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Monday, October 3, 2016 FallHibiscusWinter

Winter Hibiscus Care Tips

So you bought a Tropic Escape hibiscus this spring or summer and now that fall is here, you're wondering what to do with it with winter coming. Don't worry -- I've been there! Every year when I lived in Iowa, I'd bring my favorite Tropic Escape hibiscus in and out. If I can do it, you can, too. Here's how!

Keeping Hibiscus Inside Over Winter
First off, if you live in an area where temperatures stay below 50F (10C) for more than brief periods, you'll need to bring your Tropic Escape hibiscus indoors to save it over winter. These are tropical plants and don't survive exposure to freezing temperatures. (That said, if you have a hardy hibiscus, which is sold in the perennials section of your local garden center, that plant can stay outdoors over winter. It will go dormant this fall, rest over winter, and produce new growth in late spring with flowers following in summer). 

How to Bring Hibiscus Indoors Before Winter
Good news: It's pretty easy moving your tropical hibiscus inside before winter. Just follow these simple steps. 
First: Give your tropical hibiscus a haircut. Remove up to a quarter of the new growth. This quick step will save you from having to clean up a ton of yellow, fallen leaves (this naturally happens as a result of shock when the plant goes from indoors to out). You'll still see some fallen leaves, but it's nothing to be concerned about. It's totally natural. 

Next: If your hibiscus is potted, you can move the whole pot inside after you cut it back. If your plant has been growing in the ground, you'll want to dig it up, then pot it in a container. Be sure to use a potting mix made for container plants. And whatever you do, don't use garden soil. Soil from your garden is great for growing plants outdoors, but inside it doesn't drain well. And it can encourage pests to hitchhike in.

Optional: Speaking of pests, if you'd like, give your hibiscus a preventative treatment or two to keep pests from coming inside. Popular sprays that are okay to use on a plant you're bringing indoors include insecticidal soap and neem oil.
Get more tips for saving tropical plants before winter.  

Winter Hibiscus Care Indoors
The biggest thing to know in terms of plant care for your hibiscus indoors is that it likes light. Actually, it doesn't just like lots of light, it loves light. And as such, your plant will do best in a high-light spot in your home. Have a big, sunny window? Bingo! A large patio door can also do the trick. Not much natural light? You're in luck: hibiscus will happily grow in winter under a shop light or plant light. (Tip: It's not necessary to splurge on a fancy, expensive plant light; a good, old-fashioned shop light works. That's what I always used.) The more light you give your hibiscus over winter, the happier it will be.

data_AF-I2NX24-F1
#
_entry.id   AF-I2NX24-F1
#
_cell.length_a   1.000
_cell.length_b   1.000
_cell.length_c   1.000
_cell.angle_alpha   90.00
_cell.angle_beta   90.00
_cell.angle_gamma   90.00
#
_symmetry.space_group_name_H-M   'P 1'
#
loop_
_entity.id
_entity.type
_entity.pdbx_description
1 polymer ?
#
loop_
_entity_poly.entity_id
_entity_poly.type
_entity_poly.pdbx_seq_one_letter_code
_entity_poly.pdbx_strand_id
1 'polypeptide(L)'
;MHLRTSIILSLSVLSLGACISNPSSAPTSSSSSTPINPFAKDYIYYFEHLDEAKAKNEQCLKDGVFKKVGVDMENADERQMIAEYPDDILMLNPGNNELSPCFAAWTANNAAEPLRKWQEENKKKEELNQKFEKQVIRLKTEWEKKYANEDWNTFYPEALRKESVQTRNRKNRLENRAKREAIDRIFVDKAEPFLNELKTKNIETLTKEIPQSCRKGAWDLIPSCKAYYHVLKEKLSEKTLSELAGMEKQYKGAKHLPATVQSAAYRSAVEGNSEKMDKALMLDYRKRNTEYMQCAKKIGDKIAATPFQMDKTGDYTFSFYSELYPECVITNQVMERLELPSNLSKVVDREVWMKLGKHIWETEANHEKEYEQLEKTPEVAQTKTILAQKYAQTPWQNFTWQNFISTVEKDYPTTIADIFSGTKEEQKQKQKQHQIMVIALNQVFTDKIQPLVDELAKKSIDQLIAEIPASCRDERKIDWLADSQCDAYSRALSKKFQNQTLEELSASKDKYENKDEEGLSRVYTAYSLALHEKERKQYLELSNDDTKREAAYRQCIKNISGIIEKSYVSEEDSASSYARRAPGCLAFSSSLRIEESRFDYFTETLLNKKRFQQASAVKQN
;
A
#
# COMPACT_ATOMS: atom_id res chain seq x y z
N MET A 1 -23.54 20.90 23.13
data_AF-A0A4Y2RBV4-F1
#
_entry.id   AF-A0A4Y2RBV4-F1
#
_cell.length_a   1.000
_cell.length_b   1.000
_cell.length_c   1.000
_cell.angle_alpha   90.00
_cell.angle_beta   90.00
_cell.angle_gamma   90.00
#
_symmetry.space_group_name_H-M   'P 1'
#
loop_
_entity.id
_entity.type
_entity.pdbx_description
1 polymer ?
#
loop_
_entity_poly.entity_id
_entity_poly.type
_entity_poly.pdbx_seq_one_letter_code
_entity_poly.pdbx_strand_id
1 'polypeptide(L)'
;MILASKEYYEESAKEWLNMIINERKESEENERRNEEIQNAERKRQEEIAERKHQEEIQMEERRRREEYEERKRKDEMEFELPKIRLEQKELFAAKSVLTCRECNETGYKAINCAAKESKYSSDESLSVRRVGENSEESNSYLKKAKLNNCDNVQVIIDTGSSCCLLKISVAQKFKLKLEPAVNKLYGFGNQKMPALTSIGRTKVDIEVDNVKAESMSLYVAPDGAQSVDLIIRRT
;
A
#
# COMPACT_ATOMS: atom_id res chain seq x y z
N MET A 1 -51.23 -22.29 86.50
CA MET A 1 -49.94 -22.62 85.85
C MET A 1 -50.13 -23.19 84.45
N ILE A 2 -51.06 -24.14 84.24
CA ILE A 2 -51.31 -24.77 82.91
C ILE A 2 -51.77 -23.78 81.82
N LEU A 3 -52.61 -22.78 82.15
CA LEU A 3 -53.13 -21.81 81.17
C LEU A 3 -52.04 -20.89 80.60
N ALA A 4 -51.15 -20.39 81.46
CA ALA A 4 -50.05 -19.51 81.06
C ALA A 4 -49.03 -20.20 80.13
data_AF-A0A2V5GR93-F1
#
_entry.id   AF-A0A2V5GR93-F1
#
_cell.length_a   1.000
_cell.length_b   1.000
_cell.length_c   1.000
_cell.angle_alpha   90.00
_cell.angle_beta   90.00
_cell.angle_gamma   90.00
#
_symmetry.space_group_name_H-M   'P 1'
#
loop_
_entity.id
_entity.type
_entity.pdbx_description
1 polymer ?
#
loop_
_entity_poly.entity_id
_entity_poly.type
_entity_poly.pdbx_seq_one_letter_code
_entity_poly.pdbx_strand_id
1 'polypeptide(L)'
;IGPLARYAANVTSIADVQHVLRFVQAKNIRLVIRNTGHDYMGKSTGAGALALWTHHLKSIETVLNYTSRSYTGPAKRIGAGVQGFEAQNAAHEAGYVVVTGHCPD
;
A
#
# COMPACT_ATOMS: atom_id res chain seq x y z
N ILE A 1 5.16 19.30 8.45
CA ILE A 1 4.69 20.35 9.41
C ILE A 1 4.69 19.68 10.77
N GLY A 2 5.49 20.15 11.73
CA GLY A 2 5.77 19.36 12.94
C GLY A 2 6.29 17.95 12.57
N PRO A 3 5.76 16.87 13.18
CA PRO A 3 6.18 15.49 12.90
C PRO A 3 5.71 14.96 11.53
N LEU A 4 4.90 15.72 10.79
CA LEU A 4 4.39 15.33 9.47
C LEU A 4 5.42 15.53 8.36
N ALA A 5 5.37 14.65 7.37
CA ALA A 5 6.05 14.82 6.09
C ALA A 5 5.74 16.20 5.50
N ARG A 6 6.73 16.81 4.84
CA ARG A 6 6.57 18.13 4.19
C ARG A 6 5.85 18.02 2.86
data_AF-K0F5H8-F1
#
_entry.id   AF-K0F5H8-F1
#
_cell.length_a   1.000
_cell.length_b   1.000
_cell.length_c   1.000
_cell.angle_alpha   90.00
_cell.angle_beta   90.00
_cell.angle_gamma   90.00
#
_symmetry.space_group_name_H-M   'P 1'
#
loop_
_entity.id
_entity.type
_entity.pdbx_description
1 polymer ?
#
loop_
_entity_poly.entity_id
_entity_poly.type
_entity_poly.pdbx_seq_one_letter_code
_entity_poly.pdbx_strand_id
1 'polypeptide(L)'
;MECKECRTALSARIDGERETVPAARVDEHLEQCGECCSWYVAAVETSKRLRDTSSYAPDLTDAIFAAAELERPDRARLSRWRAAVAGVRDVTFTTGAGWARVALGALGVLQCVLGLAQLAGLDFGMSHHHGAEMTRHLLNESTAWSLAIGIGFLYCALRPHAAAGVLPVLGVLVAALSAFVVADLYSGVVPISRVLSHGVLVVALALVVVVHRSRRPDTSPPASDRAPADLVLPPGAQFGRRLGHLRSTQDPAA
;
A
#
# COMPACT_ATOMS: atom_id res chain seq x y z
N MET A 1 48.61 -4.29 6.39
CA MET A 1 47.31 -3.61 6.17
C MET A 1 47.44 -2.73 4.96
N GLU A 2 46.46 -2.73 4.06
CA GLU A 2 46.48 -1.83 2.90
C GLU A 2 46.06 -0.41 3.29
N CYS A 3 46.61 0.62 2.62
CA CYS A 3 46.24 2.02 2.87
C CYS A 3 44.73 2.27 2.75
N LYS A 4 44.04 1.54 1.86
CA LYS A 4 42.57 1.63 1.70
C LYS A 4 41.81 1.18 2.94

Water your hibiscus when the top inch or two of the potting mix dries to the touch (just like you would any other houseplant). I always found -- and I bet you will, too -- hibiscus require substantially less water indoors during winter than it did when you grew your plant outdoors. Happily, that makes it easier to care for! When I would bring my Tropic Escape hibiscus in for winter, I ended up watering it about once a week or so. The exact frequency you'll be watering is influenced by many factors, though, including how warm or cool your home is, the humidity levels, how big your hibiscus is, how big its pot is, type of potting mix, etc. 

Note: Protect your hibiscus from both warm and cold drafts over winter. This includes heating vents. Bursts of hot (or cool) air causes yellowing or brown foliage. 

Fertilizing Hibiscus Over Winter
More good news! You don't need to worry about it. Give your hibiscus a nice winter's rest. You can hold off until the days (finally!) grow longer come spring: March or so. 

Winter Flowering
I hate to say it, but don't count on flowers over winter. You probably won't see many because your plant is resting and unless it's in a super-bright spot, It may not have enough light to flower. Back in Iowa, I kept mine in my dining room, a couple of feet from a north-facing bay window and the plant only managed to put out three or four flowers each winter. 

By the way: If your plant does make buds and you see them fall off, don't worry. This is also natural. Hibiscus are notorious for dropping their flower buds in response to stress (such as being grown inside). 

So all it takes to bring your tropical hibiscus in for winter is a little planning, a bright spot, and regular watering.

Bonus: Get our tips for mandevilla care in winter.

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